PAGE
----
Everything you need to implement ThingWorx Navigate for PLM data

Determine User Groups

Before you install ThingWorx Navigate, learn about user groups. Then decide what user groups you need for your app. Your approach will differ depending on whether you're using out-of-the-box (OOTB) apps or building a custom app.

Before you begin, complete these steps:

01. Learn about user groups

In ThingWorx Navigate, user groups determine visibility (what users can see) and permissions (what users can do). They’re based on roles and the tasks users need to do in the app. Likewise, user groups limit what users can see and do.

Depending on whether you’re using OOTB apps or building a custom app, the way you define and create user groups will differ.

User groups for OOTB apps

OOTB apps have predetermined user groups that are connected to licenses. Users will either:

  • Have their own named license as part of a specific user group, or
  • Be part of a group in which they'll check out a license when they need to use the app.

After you install the software, you'll assign each user to one license group based on what they need to do in the app. To learn about the licensing groups for OOTB apps, review Modify ThingWorx Permissions: Users and Groups.

User groups in ThingWorx for a custom app

If you’re building a custom app, you’ll define and create your own user groups. ThingWorx also offers built-in user groups for administrators, developers, and users you could use to start.

When you’re ready to create groups, you’ll make groupings at 3 levels in ThingWorx Composer:

  1. Organization
  2. Organization unit
  3. User group

Different user roles direct what different types of permissions you need to give to a user group. A user role is a person or group who can take specific actions in the app using specific data. For instance, a user role might be a support engineer (user role) who pulls reports (permission) for a site in Europe (visibility). Anticipate that your user groups and organization units may expand over time.

In ThingWorx, there are 3 forms of permissions you can adjust:

  • Visibility permissions state what Mashups and/or dashboards a user can see. Assign visibility permissions at an organization or organizational unit level.
  • Run-time permissions state what services a user can execute and what properties they can access. Assign run-time permissions at the user group level.
  • Design-time permissions state what a user can modify and access in ThingWorx Composer. Assign design-time permissions at the user group level.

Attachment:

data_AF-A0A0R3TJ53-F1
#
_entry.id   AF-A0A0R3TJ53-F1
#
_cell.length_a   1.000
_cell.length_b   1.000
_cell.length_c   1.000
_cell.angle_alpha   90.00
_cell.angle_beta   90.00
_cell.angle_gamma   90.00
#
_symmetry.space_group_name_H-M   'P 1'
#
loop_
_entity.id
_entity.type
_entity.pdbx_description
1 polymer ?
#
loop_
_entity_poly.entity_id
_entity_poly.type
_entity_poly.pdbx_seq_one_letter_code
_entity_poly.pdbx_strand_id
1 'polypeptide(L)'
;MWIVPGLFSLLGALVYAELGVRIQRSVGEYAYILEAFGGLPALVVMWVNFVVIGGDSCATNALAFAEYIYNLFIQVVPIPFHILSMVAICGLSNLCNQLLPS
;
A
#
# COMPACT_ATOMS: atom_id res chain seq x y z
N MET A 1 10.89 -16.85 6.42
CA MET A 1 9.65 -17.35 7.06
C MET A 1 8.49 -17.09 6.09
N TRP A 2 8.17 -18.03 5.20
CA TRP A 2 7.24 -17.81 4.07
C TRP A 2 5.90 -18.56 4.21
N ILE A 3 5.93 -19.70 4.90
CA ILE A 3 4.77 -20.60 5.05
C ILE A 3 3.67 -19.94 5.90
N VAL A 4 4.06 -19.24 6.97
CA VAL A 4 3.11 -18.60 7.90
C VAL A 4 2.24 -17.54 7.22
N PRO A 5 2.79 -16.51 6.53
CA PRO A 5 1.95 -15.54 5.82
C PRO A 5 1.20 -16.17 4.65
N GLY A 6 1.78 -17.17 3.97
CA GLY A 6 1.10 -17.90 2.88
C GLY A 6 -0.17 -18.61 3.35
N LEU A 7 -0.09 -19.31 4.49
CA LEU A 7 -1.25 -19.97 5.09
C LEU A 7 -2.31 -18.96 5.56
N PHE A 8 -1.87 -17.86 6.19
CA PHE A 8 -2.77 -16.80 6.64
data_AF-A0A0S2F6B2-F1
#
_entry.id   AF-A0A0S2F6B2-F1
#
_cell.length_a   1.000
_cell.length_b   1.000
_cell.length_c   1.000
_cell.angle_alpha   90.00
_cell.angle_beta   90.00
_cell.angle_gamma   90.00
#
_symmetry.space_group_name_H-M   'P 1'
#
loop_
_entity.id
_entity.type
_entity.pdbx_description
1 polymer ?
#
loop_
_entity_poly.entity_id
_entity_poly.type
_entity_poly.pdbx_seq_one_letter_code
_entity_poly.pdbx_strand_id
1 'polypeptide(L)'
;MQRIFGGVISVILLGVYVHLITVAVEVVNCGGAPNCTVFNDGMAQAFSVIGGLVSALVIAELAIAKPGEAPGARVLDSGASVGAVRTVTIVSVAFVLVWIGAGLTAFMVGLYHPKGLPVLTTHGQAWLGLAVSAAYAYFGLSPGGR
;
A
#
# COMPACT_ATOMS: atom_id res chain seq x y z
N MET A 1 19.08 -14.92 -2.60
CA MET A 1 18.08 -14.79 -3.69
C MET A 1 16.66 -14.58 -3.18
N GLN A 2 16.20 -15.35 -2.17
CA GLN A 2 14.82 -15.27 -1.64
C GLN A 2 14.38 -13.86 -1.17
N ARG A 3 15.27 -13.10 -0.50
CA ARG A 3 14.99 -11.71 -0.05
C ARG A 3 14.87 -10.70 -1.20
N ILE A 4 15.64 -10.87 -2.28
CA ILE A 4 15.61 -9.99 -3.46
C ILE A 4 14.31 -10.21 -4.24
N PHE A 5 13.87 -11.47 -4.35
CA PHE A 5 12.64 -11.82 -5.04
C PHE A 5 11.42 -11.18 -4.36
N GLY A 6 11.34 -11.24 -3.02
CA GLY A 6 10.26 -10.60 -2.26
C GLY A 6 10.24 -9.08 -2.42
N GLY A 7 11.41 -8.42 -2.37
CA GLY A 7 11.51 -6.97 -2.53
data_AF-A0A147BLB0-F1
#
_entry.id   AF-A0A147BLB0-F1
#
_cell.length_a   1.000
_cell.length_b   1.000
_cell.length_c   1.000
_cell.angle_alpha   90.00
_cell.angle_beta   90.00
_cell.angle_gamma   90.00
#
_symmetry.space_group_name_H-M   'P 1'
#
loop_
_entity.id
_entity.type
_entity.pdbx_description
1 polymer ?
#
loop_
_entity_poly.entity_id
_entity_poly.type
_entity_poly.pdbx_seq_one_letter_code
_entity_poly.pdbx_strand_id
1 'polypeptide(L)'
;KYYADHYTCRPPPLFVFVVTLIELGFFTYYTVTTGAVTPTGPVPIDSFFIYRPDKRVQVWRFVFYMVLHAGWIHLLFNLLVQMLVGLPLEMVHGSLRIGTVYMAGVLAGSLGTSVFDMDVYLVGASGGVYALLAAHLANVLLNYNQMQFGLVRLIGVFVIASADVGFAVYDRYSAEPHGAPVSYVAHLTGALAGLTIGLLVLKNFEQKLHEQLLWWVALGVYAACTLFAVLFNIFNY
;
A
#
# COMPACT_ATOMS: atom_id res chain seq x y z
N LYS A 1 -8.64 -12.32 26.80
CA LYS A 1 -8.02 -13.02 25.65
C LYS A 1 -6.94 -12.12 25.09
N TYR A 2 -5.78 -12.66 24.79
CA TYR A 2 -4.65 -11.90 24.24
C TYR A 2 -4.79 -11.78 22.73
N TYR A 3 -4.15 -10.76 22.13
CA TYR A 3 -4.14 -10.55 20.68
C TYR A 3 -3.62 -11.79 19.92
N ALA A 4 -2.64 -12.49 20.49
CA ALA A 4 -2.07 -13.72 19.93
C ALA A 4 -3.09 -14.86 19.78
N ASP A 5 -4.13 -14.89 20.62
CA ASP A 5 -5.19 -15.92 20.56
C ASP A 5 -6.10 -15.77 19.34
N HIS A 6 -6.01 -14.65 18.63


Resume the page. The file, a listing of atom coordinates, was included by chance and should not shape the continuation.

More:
Your developer or development team should become familiar with ThingWorx Composer in order to create user groups. PTC has training courses available to help, such as ThingWorx: Fundamentals of Deployment.

Recommended Resources

02. Define user groups

Based on your selected use case, determine what user groups you need and who will be part of each group. Include all types of users across your organization, from admins to end users.

The project sponsor, admin, developer, and key stakeholders who are familiar with the data should collaborate to define and list user groups. Understand what your app does and what people will use it for.

Define user groups for OOTB apps

To define user groups for OOTB apps, determine:

  • Which users need a permanent license
  • Which users will check out a license instead of having a permanent license
  • Which app(s) each type of user needs access to

Document who will be part of each user group so that your implementation team is prepared to add users after installation. This document will help you troubleshoot and manage user groups later.

Define user groups for a custom app

To determine user groups for a custom app, first document requirements for visibility (what users can see) and permission (what users can do) for each type of user. Then group users together based on similar requirements. Consider whether the built-in user groups for administrators, developers, and users may be enough to start with.

Requirements should align with your selected use case. Be as accurate as you can in your documentation. If users have too much access, they could see confidential data they should not have. If users have too little access, they may not be able to see the data they need.

Document the user groups including visibility and permissions so that your developer and admin know what user groups to create. This document will help you troubleshoot and manage user groups later.

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